Birds & Batteries


Mike Sempert (songwriter, musical director), Christopher Walsh (guitar), Jill Heinke (bass and synth).


Electro-funk art-pop. Discography to date includes Nature Vs Nature (2005), I’ll Never Sleep Again (2007), Up To No Good (2009), Panorama (2010) and Stray Light (2012)


If you’re looking for an innovative and intriguing example of genre cross-pollination – which still retains an overall pop sensibility – you will find it with Birds & Batteries, who have been thrilling fans with their synth-backed, dreamy, harmonious awesomeness since 2005. Lead singer Mike describes their sound as “Randy Newman meets Gary Numan. Funky and dancy, but also really focused around song-craft and arrangement.Future music.”

To look to the future, however, we also have to analyse our roots. How did the band get together? “Each band member came on board at a different time,” Mike explains. “I think in each case it was just through the grapevine. I write the music and am the musical director for the project. Christopher Walsh plays guitar and brings an endless supply of positivism as well as adaptability and skill. Jill Heinke plays bass and synth and brings a lot of focus and professional intensity into the project. They both have a real passion for live performance and bring more to the project than I can really explain.”

Such a harmony-fuelled working relationship has led to a great momentum; a continual sense of development. “Each album has its own sound and its own vibe,” Mike muses.“I think we all grow and the songs get better with each release, but there's also a sense of time and place for each album.”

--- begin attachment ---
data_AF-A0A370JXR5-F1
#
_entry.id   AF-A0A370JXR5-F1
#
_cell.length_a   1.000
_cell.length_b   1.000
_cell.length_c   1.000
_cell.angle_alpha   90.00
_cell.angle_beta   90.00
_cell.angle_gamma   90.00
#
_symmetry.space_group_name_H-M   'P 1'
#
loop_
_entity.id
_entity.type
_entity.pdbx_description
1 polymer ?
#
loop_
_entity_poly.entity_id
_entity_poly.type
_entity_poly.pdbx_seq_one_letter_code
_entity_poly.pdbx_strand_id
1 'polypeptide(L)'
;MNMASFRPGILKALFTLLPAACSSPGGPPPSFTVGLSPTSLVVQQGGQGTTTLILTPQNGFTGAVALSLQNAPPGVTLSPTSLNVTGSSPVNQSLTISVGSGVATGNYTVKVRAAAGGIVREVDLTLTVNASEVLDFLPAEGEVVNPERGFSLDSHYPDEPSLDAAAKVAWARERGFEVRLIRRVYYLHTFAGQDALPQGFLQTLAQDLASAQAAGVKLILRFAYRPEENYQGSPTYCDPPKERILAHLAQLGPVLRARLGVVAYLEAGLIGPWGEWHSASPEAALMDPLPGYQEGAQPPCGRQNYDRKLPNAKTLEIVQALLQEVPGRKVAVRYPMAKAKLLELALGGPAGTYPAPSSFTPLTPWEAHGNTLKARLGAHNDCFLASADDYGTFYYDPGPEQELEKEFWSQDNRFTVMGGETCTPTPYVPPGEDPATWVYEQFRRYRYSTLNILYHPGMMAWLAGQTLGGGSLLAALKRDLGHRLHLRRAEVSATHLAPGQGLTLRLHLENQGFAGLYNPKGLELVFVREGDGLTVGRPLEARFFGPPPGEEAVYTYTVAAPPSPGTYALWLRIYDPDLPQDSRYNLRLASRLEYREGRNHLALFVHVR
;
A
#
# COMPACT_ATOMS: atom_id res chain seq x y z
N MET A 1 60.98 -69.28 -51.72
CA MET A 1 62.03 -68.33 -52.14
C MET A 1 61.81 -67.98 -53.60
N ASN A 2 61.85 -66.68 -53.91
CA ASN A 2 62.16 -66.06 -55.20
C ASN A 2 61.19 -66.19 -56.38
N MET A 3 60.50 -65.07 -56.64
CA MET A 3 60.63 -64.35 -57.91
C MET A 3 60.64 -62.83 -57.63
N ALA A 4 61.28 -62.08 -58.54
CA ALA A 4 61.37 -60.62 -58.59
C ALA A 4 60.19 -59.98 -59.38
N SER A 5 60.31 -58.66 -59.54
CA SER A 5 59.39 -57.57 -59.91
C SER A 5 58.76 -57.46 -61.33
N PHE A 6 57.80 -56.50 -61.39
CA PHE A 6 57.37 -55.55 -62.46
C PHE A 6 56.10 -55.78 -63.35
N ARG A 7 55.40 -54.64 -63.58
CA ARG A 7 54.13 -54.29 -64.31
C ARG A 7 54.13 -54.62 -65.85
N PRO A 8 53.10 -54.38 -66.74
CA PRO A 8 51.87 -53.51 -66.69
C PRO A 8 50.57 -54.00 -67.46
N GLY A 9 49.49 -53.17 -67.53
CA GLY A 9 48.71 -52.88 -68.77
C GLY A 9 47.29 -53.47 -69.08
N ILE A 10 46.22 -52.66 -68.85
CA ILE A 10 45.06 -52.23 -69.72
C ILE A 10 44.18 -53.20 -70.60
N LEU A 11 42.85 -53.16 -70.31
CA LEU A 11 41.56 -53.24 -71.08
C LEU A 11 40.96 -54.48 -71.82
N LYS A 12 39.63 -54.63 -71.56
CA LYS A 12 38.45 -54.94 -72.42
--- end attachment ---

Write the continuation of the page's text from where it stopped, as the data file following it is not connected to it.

So: where did this all start? What were the influences which compelled a bunch of young musicians to pick up their instruments? Unsurprisingly for such a genre-hopping act, it’s a fairly diverse list: “Talking Heads/ David Byrne, John Lennon, Stevie Wonder, ELO, P-Funk, Joe Jackson, Milton Nascimento. David Byrne included us on a playlist for MOG, which was pretty cool.” Their contemporaries are also similarly far-reaching – Mike feels they share common ground with the likes of “Laarks, Peter Wolf Crier, Telegraph Canyon, Dirty Projectors, Tartufi, Yesway and Geographer”.

Not that it’s all been plain sailing. “Compromise is often a part of moving foward business-wise,” Mike reflects, “and it can sting a bit in retrospect. Its better than the alternative though, which would be waiting around for everything to magically fall into place.”This doesn’t detract from their defining moments, however. “We played 8 shows at SXSW. I think we all felt quite proud of that.”